TAS & IAS

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decaff_42
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TAS & IAS

Post by decaff_42 » Sun Aug 30, 2015 8:06 pm

In my investigations I have begun to wonder how TAS/IAS is calculated in YSFlight. Does anyone know how this is done? There are many 'rules of thumb' and equations out there, but none of the ones I have tried have worked out.
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Re: TAS & IAS

Post by waspe414 » Mon Aug 31, 2015 4:18 am

I'll take some data points and see if I can reconstruct it.

-

Image

The first differences are surprisingly clean, and show no change in the difference with airspeed (dV is constant for a given altitude):
https://i.imgur.com/721tjKo.png

This means that if the equation for TAS is known, IAS is something simple along the lines of TAS - x*altitude.

As for what the equation for TAS is, it's past my bedtime.

EDIT:
It occurs to me that the equation for TAS does not exist. There are many equations for changes in airspeed, but TAS is just a number.

The equation that fits the data I took is [graph]
TAS = IAS + Altitude/3000 + (Altitude^1.3)/15500 + 1.7^(Altitude/6400) -1

Which is close enough to TAS = IAS + (A^n)/x + b^(A/c)

I'll take some more data the other way around and see if I can get a similarly good fit for more accurate data.

-----

Still taking more data, but I switched the curve fitting criteria to delta-V (TAS-IAS) to a ratio (TAS/IAS), and have a much better fit:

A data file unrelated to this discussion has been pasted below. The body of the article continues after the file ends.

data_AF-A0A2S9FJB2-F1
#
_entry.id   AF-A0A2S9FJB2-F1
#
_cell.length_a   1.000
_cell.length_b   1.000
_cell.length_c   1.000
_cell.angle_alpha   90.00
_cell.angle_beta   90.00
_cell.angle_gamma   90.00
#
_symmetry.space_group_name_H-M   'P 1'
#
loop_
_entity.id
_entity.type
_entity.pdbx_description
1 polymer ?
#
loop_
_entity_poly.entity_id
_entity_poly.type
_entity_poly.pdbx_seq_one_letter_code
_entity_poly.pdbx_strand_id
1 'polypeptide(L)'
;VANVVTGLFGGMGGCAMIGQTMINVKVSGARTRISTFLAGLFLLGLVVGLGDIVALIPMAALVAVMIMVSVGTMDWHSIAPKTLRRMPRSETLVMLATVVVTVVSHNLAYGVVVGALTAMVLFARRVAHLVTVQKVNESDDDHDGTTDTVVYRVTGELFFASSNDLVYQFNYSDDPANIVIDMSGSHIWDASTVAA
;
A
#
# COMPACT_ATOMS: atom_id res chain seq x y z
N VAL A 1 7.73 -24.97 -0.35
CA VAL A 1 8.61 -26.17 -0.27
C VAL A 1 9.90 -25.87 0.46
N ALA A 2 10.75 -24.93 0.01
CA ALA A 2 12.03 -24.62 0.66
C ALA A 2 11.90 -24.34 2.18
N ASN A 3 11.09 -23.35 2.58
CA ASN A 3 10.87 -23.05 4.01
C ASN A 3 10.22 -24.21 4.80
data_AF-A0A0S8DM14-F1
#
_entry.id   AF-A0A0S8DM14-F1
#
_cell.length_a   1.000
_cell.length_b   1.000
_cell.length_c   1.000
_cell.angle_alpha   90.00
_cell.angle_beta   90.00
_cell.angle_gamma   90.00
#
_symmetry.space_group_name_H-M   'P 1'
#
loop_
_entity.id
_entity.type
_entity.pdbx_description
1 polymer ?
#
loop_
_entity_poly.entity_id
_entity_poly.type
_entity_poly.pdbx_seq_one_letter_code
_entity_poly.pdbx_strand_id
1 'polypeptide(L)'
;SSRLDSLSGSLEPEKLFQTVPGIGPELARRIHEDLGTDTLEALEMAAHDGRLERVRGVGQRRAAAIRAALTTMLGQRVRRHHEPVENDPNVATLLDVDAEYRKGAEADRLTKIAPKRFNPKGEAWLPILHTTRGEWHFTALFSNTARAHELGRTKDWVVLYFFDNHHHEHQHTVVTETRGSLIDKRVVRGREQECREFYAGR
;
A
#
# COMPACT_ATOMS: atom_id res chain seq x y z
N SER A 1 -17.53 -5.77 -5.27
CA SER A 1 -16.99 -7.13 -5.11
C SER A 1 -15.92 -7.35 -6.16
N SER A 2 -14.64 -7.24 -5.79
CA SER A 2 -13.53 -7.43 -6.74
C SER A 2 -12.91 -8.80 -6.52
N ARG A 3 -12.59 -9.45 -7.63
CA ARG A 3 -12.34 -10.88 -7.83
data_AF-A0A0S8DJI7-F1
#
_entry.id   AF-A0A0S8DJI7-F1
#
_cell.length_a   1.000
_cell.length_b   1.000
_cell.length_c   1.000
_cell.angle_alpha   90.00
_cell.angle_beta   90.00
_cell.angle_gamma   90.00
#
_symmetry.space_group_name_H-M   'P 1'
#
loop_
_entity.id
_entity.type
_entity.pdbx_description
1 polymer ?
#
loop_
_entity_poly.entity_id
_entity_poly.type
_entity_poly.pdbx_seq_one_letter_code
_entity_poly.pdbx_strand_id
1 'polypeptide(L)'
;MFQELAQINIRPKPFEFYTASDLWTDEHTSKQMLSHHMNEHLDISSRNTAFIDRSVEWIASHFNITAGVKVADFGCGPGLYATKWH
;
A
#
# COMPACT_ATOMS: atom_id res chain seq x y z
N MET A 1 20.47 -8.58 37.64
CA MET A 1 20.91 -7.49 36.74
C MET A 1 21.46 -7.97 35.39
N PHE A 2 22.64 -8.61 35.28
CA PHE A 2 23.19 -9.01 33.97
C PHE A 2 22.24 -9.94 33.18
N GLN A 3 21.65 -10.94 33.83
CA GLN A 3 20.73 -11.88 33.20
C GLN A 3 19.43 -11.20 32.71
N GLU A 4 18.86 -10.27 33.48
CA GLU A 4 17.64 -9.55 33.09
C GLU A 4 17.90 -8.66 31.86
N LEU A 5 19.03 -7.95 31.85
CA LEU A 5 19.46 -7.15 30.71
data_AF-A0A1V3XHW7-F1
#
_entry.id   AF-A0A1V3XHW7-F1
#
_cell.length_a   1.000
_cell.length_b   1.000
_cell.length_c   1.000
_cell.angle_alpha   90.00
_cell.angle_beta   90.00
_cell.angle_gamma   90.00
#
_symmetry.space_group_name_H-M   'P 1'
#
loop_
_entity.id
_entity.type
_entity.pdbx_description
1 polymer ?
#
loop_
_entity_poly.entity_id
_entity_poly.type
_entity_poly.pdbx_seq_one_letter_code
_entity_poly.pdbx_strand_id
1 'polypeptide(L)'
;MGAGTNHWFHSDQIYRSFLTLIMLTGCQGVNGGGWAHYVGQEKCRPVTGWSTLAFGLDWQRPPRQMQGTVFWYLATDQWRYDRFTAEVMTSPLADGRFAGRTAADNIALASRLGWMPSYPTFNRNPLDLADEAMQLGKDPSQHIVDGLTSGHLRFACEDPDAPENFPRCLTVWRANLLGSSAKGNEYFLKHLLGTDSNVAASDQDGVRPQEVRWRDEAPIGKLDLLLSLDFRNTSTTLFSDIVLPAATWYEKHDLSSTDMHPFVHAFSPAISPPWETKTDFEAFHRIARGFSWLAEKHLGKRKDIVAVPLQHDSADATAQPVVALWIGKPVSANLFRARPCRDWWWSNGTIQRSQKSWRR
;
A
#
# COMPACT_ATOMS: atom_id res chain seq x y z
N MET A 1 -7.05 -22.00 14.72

TAS = IAS * (1 + 1.4e-5*ALT + 6e-11*ALT^2 + 6e-15*ALT^3)
Still using old data. I expect the relationship is not a complicated one, given the nature of YS.
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Re: TAS & IAS

Post by waspe414 » Thu Sep 03, 2015 5:22 am

New data is in:
https://i.imgur.com/rPj5uHd.png

The curve fit to that is IAS = TAS * (1 - 1.36e-5*ALT + 1.38e-11*ALT^2 + 2.15e-16*ALT^3)
It fits the available data to within 0.95% (5.8 kts at 1000 KTAS), with a mean error of 0.436%. Each pair of lines is one actual IAS and one predicted IAS at each altitude: https://i.imgur.com/Q5xPSy2.png

It starts to separate from the logical progression around 100,000 feet, and inverts (IAS less than zero) at 124,000ft. Neither of those are within practical flight regimes for most aircraft (124k being beyond the atmospheric limit), so it should be good.
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Re: TAS & IAS

Post by decaff_42 » Thu Sep 03, 2015 11:04 am

That is awesome work! Thank you for your investigations! I am suspicious that aircraft CL and CD may be related to KIAS, so from the calculated in-flight TAS I can now calculate the IAS!
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